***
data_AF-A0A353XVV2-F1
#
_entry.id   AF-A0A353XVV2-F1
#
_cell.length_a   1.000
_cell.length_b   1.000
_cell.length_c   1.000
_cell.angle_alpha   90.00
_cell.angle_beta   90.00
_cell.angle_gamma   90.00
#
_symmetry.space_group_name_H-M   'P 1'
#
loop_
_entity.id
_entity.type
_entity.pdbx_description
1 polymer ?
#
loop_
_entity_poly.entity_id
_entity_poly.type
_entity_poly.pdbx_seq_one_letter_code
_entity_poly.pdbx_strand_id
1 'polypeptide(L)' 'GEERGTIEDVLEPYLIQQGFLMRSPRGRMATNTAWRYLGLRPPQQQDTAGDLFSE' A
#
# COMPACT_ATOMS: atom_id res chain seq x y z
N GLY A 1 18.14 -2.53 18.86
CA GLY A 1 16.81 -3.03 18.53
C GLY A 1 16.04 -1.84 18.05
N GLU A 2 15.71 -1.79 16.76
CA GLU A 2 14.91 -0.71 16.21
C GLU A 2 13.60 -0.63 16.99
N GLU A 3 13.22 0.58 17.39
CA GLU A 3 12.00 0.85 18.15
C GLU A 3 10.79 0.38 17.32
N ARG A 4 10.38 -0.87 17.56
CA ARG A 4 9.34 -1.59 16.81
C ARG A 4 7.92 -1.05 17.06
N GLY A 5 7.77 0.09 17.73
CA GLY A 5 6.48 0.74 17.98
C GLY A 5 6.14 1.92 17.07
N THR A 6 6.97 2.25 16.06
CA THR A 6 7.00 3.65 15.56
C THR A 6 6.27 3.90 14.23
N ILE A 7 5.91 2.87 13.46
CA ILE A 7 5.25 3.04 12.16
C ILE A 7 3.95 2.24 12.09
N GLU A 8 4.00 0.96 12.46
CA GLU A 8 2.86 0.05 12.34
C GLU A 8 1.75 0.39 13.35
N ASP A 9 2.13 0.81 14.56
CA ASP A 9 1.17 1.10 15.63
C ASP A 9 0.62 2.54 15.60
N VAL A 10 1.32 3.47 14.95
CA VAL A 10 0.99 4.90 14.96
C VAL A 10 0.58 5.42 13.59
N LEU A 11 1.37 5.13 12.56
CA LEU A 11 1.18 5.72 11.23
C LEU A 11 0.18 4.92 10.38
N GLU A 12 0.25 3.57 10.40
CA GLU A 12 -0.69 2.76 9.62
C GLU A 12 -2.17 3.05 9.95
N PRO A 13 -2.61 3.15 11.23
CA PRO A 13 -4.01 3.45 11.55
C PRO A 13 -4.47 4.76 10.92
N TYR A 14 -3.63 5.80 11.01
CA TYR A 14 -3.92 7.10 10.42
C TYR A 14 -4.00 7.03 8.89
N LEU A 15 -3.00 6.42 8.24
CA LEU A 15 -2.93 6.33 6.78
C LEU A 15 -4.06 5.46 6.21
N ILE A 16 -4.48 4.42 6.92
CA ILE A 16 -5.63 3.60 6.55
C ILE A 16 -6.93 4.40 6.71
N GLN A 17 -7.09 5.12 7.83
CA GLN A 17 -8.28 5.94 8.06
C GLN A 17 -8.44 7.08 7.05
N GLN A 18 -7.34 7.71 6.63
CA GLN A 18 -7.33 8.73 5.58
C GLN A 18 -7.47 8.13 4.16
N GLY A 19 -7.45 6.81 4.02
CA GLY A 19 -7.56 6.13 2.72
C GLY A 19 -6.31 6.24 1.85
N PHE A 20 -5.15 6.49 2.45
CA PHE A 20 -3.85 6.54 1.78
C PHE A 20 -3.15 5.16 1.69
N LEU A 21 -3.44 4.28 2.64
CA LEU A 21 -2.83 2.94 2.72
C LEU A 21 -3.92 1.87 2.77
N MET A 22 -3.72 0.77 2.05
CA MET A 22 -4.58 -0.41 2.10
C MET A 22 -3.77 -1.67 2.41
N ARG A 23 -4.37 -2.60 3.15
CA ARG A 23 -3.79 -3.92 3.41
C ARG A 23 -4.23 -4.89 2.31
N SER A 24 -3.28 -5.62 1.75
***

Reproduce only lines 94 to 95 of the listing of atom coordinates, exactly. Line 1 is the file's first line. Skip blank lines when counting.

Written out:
N ARG A 23 -4.37 -2.60 3.15
CA ARG A 23 -3.79 -3.92 3.41